The Color Mixer is available by tapping the 3rd button from the left in your toolbar. It has a familiar design consisting out of three main parts. The top rectangle as shown in the left image is showing shades of green has a small round cursor currently at the very top right corner. You can drag in it to adjust the color. The middle section looking a bit like a rainbow is called the gradient strip and has a cursor consisting of two opposed triangles. You use it to select the approximate color neighborhood you want to set. The current draw color is indicated in the row of buttons at the bottom. Here you have five buttons corresponding to your document's color palette. In the left image above we see the default color palette and in the right image we see a custom palette with only gray shades (as used in the Grays document).
To set one of the five colors in your document, you open up the Color Mixer and tap on the bottom row button corresponding to the color you want to change. Then you adjust the color in the top rectangle If you want a broader change like from a greenish tone to a red one, use the gradient stripe in the middle. It also has a cursor as you can see above and reacts to drags.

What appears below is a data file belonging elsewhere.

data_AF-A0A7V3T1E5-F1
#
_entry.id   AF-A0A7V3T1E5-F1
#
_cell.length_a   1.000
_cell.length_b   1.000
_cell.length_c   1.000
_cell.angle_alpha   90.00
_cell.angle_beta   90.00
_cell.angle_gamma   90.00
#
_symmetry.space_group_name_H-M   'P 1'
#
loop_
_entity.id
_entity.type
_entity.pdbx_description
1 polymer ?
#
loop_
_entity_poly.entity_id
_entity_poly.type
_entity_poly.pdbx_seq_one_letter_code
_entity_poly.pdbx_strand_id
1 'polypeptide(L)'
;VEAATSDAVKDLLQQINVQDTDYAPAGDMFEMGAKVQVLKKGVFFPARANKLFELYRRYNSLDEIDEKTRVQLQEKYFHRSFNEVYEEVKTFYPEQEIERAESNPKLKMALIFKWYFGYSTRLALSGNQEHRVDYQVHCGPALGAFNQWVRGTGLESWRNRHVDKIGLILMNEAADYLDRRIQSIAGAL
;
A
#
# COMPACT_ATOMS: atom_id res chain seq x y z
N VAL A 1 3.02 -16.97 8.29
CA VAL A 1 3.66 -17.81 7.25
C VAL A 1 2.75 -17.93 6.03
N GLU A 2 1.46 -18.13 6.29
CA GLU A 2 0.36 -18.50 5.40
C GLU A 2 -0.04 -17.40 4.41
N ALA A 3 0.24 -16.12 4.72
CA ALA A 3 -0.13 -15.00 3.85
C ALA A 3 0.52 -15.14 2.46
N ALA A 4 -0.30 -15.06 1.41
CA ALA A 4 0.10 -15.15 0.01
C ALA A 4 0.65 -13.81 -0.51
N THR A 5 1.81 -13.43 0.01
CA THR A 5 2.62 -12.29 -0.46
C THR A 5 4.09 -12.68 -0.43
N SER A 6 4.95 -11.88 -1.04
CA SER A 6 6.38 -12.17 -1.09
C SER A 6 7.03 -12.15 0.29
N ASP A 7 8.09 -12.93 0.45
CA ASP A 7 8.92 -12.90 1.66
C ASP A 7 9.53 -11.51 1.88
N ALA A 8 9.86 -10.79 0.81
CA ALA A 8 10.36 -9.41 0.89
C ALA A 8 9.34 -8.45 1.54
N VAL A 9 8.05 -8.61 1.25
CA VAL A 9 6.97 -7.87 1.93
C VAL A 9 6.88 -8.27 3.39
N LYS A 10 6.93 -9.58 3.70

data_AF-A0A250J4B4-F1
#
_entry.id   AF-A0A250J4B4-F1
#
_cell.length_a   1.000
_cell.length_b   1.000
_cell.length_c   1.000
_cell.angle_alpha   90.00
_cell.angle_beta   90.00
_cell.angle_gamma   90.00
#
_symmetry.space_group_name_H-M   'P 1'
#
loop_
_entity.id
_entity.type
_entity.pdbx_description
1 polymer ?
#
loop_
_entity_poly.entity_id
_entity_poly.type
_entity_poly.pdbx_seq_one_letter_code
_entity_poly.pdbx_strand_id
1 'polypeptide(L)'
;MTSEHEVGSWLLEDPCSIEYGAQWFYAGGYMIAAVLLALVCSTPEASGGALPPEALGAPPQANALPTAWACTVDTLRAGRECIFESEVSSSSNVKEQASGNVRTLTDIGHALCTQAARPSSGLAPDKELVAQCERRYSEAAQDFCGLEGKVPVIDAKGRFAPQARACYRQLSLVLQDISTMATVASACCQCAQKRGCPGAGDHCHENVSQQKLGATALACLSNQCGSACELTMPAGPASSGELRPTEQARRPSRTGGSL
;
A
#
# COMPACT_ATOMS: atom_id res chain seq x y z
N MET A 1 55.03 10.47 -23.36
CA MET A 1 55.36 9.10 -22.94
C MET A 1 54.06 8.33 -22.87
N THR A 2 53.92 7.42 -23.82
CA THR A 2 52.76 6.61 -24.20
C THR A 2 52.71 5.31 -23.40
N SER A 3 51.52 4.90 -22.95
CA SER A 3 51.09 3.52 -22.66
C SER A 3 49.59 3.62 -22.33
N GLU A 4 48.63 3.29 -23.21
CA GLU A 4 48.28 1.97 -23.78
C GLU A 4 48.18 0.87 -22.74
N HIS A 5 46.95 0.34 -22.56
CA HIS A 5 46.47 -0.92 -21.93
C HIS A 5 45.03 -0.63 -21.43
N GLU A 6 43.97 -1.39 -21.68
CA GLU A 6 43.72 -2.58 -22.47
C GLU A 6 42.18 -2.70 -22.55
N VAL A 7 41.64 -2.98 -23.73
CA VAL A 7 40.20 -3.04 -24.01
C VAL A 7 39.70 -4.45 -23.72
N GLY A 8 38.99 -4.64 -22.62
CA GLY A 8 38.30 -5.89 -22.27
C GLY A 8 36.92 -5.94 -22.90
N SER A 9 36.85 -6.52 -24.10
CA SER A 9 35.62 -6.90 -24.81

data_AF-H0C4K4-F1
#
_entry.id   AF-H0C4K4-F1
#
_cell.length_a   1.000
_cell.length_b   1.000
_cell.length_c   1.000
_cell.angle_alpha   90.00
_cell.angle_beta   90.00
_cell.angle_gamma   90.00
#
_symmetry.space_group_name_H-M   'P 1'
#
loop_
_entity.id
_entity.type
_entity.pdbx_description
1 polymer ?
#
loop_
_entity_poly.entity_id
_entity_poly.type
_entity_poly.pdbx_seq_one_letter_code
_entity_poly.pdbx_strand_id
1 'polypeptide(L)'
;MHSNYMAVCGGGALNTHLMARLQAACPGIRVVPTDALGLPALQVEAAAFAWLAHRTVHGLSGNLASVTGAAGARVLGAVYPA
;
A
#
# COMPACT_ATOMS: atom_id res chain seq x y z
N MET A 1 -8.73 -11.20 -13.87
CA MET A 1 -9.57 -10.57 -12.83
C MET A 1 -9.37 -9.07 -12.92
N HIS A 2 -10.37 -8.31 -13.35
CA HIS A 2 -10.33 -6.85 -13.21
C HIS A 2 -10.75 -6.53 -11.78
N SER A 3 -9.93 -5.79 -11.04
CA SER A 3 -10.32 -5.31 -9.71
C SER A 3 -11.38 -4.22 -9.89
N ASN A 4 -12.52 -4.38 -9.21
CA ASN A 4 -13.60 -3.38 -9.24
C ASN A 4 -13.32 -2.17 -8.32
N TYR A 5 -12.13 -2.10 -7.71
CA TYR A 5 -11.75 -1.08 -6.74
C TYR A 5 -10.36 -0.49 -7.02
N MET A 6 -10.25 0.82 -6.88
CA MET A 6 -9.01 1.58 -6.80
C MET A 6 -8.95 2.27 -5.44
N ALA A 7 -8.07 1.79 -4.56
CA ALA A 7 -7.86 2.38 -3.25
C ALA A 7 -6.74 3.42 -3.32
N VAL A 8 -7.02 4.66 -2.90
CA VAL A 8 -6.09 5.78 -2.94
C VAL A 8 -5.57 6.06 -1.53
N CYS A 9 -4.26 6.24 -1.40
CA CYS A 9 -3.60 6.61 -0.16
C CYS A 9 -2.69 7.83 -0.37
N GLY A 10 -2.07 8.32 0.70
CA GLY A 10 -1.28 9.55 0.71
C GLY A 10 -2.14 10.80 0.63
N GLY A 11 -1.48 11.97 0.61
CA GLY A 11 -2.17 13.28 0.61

So all that is fairly self-explanatory. Once you dismiss the Color Mixer, you will see that your Color Indicator has updated to the new colors. There is, however, a subtelty that needs to be addressed as well. In Quincy every cell has a color. It is the color you originally used when you drew it in Quincy's Draw mode. The subtle point is that you can change the colors of all cells that share it even after the fact, and, you don't have to be in Draw Mode to do that. In the picture above we changed the 2nd color and the grid display updated itself as you can see.
There is yet more to the Color Mixer. With the iPad in Performance View i.e. landscape rotation or on the 3.5" iPhone there is no on-screen color selector. Therefore selecting a color chicklet (button) in the Color Mixer also makes it the current draw color.
Colors play a pretty important part in Quincy, so it's good to have all this information on hand. Next we are headed over to the other end of the toolbar and take a good look at our general settings window.